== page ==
Cortisol levels in hair may be the first biomarker to measure chronic stress, which is linked to a higher risk of having a heart attack (acute myocardial infarction), according to a new study published in the medical journal Stress. Employment, marital, bereavement, and financial problems are examples of stressors that have been associated with a higher heart attack risk, say the authors. But no previous study has come up with a biological market to measure chronic stress.
Investigators from Canada and Israel developed a way of measuring hair cortisol levels, providing an accurate measurement of stress levels in the months preceding an acute event, such as a heart attack.
Cortisol is a stress hormone – we secrete it when they are under stress. Traditional measurements of stress do not show stress levels over long periods. Typically, cortisol levels have been measured using serum, saliva or urine tests. However, cortisol is captured in the hair shaft, giving us an idea of its levels in the human body over longer periods.
Gideon Koren, who holds the Ivey Chair in Molecular Toxicology at Western’s Schulich School of Medicine & Dentistry, University of Western Ontario, London, Ontario, Canada, said: “Intuitively we know stress is not good for you, but it’s not easy to measure. We know that on average, hair grows one cm a month, and so if we take a hair sample six cm long, we can determine stress levels for six months by measuring the cortisol level in the hair”.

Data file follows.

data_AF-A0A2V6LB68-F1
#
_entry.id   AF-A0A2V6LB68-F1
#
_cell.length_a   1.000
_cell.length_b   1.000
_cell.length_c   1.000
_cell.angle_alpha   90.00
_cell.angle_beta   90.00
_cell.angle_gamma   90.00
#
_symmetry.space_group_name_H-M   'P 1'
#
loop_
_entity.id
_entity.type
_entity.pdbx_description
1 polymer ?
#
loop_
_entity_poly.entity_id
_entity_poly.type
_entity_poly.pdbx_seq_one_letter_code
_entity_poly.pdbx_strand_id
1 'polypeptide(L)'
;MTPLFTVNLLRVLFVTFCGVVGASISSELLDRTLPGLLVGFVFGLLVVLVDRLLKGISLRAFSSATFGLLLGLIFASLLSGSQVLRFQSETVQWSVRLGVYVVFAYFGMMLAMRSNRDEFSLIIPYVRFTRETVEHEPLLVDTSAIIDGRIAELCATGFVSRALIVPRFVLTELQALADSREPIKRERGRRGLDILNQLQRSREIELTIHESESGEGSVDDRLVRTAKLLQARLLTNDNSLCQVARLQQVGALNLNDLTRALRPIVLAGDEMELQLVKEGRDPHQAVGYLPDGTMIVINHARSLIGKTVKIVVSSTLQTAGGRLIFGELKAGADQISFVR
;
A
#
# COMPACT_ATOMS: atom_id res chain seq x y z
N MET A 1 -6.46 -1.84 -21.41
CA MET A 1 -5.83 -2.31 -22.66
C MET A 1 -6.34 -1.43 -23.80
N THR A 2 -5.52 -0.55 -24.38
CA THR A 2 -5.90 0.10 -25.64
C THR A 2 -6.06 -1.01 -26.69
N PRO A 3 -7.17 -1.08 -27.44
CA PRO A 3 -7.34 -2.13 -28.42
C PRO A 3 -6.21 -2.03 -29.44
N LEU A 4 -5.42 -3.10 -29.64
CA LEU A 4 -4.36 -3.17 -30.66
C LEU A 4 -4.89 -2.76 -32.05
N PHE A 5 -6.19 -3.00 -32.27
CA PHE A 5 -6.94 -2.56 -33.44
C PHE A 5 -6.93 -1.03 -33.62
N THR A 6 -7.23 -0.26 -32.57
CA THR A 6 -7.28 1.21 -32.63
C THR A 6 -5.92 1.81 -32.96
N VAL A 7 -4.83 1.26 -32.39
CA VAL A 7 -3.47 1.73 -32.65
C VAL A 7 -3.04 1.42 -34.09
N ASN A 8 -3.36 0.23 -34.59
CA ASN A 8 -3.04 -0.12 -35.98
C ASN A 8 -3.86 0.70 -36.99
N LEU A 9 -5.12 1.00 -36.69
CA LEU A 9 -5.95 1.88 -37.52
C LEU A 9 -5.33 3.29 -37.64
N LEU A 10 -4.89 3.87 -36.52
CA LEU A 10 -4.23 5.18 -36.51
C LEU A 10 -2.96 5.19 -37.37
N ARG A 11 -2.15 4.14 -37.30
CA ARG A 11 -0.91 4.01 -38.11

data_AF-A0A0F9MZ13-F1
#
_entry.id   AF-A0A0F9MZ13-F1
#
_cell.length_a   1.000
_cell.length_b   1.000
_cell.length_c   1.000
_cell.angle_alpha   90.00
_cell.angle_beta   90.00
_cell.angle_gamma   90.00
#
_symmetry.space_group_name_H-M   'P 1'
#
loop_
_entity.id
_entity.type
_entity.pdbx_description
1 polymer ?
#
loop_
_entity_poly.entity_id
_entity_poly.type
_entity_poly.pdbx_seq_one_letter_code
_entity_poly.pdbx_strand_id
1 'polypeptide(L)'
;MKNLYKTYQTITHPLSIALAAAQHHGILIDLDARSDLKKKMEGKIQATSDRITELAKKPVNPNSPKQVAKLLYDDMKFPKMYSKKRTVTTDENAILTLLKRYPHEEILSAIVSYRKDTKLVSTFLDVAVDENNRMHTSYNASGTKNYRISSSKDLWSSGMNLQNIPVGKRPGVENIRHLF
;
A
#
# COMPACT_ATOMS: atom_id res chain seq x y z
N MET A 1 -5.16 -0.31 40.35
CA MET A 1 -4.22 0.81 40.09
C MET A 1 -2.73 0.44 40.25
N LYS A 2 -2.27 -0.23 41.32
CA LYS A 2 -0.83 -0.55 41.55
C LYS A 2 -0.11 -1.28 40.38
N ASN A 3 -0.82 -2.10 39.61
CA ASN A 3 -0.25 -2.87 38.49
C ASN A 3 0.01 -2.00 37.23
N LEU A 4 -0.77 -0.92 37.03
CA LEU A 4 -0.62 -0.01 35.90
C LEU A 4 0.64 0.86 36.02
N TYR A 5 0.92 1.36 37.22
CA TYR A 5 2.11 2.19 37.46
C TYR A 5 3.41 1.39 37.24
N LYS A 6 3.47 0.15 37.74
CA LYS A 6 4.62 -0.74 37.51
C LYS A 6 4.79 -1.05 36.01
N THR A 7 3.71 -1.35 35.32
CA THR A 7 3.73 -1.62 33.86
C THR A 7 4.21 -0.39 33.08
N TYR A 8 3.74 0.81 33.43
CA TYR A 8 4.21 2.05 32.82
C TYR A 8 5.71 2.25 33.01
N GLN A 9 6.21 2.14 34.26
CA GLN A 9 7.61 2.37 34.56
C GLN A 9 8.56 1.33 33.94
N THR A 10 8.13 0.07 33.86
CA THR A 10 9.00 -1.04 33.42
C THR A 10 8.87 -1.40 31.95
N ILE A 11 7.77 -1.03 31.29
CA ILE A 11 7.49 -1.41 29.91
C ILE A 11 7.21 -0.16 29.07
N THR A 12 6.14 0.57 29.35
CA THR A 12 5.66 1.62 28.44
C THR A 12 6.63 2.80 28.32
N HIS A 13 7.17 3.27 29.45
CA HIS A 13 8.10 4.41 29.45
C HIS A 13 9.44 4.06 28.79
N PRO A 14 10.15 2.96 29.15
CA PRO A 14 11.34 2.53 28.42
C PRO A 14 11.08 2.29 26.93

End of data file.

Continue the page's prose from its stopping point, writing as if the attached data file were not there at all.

The researchers collected three centimeter-long hair samples from 56 adult males who had been hospitalised at the Meir Medical Centre, Kfar-Saba, Israel, following a heart attack. They also collected samples from a control group consisting of 56 men who had also been hospitalised, but not for heart attacks. They discovered that hair cortisol levels during the last three months before hospitalisation were clearly higher in the heart attack patients than in the control group. The heart attack and control groups had similar heart attack factors, such as hypertension, smoking and family histories of coronary artery disease. The investigators did find more cholesterol problems among the heart attack patients.
After taking into account known risk factors, the scientists report that cortisol content emerged as the strongest predictor of heart attack. Koren said: “Stress is a serious part of modern life affecting many areas of health and life. This study has implications for research and for practice, as stress can be managed with lifestyle changes and psychotherapy”.